US 4066281 A
A replacement oil drain tube for interconnecting the head and crankcase on a Porsche automobile engine permits the repair of such engines through a replacement of standard, single piece oil drain tubes with a telescoping oil drain tube assembly, eliminating the requirement that the cylinder head be removed from the engine for such repair.
1. A replacement oil drain tube for use in interconnecting the aperture on the cylinder head of a Porsche automobile engine with the aperture on the crankcase thereof, each of said apertures including a larger diameter external tubular section separated by a shoulder from a smaller diameter internal tubular section, said apertures being axially aligned but being subject to substantial misalignment during temperature fluctuations of said engine, comprising:
a main tube having sufficient length to span the distance between said larger diameter sections, a large end located within said larger diameter section of one of said apertures, and a small end centered within said larger diameter section of the other of said apertures;
a telescoping sleeve surrounding a portion of the length of said main tube adjacent said small end thereof, said telescoping sleeve located within said larger diameter section of the other of said apertures;
a sealing member positioned on said small end of said main tube, said member sealingly engaging said main tube and said telescoping sleeve;
means for locking said telescoping sleeve in place on said main tube to prohibit inward axial movement of said small end of said main tube relative said telescoping sleeve;
said large end and said telescoping sleeve having larger outside diameters than the inside diameter of said smaller diameter internal tubular sections, but smaller outside diameters than said larger diameter internal tubular sections to permit cocking of said large end of said sleeve within said larger diameter internal tubular sections; and
a pair of resilient O-rings, one positioned between said larger end and said larger diameter section of said one of said apertures, the other positioned between said telescoping sleeve and said larger diameter section of said other of said apertures, said locking means, abuttment of the end of said tube and said telescoping sleeve with said smaller diameter internal tubular sections and frictional engagement of said O-rings forming the sole means of attaching said replacement drain tube to said engine, said O-rings and said sealing member sealing said tube to said cylinder head and said crankcase during said substantial misalignment.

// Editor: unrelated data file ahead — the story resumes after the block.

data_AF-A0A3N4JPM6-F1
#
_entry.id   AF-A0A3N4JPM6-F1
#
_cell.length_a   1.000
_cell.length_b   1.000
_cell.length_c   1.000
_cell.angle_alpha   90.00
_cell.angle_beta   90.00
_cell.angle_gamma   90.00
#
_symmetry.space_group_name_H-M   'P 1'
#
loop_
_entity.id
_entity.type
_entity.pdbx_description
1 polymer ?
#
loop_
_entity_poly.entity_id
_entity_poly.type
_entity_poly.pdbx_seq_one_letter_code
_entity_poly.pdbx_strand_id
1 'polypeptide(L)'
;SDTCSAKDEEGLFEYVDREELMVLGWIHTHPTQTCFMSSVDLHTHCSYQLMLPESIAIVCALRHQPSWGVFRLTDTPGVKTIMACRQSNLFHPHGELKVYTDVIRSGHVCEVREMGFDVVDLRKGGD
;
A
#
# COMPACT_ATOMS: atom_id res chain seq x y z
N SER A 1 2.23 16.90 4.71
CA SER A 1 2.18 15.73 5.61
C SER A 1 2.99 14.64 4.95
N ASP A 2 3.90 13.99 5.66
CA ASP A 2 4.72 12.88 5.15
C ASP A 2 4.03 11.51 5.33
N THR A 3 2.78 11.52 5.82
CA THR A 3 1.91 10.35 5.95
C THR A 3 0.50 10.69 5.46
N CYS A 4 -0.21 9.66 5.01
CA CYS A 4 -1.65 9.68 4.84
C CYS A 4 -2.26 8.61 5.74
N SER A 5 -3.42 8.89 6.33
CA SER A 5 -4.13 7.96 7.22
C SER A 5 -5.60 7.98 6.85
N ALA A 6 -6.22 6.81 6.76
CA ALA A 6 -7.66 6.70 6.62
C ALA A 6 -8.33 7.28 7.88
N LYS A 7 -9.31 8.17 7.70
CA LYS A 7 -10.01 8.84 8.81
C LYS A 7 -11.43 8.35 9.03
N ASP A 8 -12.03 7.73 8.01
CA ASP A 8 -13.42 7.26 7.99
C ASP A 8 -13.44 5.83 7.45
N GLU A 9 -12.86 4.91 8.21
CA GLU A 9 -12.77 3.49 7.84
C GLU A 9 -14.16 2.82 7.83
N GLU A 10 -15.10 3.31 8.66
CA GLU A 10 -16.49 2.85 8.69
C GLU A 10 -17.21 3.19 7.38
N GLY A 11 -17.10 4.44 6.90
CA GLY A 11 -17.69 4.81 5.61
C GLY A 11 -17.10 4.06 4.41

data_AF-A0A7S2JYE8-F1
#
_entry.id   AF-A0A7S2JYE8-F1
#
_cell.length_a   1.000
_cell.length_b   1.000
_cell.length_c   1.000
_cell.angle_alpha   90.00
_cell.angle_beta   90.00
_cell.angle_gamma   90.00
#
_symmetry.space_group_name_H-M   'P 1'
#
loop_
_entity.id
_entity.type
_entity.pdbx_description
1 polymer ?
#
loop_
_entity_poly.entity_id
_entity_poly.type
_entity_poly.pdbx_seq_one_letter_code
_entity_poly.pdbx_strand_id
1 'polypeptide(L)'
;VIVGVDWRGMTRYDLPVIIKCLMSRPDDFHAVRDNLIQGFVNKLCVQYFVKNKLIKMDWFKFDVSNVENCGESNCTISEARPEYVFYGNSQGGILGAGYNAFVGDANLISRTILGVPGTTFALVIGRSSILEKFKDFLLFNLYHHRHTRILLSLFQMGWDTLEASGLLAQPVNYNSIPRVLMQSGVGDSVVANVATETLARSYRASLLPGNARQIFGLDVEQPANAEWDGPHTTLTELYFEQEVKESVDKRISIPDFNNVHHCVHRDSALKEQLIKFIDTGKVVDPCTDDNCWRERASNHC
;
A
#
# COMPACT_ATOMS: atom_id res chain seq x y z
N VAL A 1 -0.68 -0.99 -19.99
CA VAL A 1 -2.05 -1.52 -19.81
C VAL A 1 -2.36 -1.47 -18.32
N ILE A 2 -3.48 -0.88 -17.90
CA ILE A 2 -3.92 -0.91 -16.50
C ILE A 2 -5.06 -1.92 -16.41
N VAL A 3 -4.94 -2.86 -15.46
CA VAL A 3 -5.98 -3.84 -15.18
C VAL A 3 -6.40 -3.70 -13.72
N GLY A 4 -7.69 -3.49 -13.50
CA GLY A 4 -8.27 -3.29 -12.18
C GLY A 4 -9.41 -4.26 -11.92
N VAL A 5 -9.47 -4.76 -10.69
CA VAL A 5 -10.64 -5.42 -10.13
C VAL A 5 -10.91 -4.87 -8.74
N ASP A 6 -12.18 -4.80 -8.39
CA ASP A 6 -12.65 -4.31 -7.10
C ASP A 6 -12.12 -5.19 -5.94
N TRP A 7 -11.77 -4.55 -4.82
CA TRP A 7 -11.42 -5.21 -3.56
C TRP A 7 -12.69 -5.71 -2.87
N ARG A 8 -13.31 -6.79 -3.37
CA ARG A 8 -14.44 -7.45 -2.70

2. A replacement oil drain tube as defined in claim 1 wherein the outer contours of said telescoping sleeve are identical to the outer contours of said large end of said main tube.
3. A replacement oil drain tube as defined in claim 2 wherein each of said outer contours of said telescoping member and said large end include means for supporting said O-rings circumferentially around said members.
4. A replacement oil drain tube as defined in claim 1 wherein said locking means comprises:
an external annular groove surrounding said main tube; and
a resilient split ring resiliently engaged in said annular groove and abutting one end of said telescoping sleeve.
5. A method of replacing an oil drain tube in a Porsche automobile engine to interconnect the aperture on the cylinder head thereof with the aperture on the crankcase thereof, each of said apertures including a larger diameter external tubular section separated by a shoulder from the smaller diameter internal tubular section, said apertures being axially aligned but being subject to substantial misalignment during temperature fluctuations of said engine, with a replacement oil drain tube having a main tube of sufficient length to span the distance between said larger diameter sections, a large end, a small end, a telescoping sleeve slideable on said main tube for selectively increasing the diameter of said small end, a sealing member positioned on said small end of said drain tube to sealingly engage said telescoping sleeve, and means for locking said telescoping sleeve on said main tube, said large end and said telescoping sleeve having smaller outside diameters than said larger diameter tubular sections and being fitted with O-rings seals having larger outside diameters than said larger diameter tubular sections, comprising:
inserting said small end into said smaller diameter internal tubular section of one of said apertures while canting said replacement tube so that said large end clears the other of said apertures, all while said telescoping sleeve is spaced from said small end;
aligning the axis of said replacement oil drain tube with said apertures;
inserting said large end into the larger diameter external tubular section of the other of said apertures to seal said O-ring against said larger diameter tubular section while withdrawing said small end from said smaller diameter section of said one of said apertures to a position within the larger diameter section of said one of said apertures;
sliding said telescoping sleeve on said main tube to increase the diameter of said small end and engage said sealing member between said telescoping sleeve and said main tube to seal said members, while placing said O-ring on said telescoping sleeve in sealing engagement with the larger diameter section of said one of said apertures; and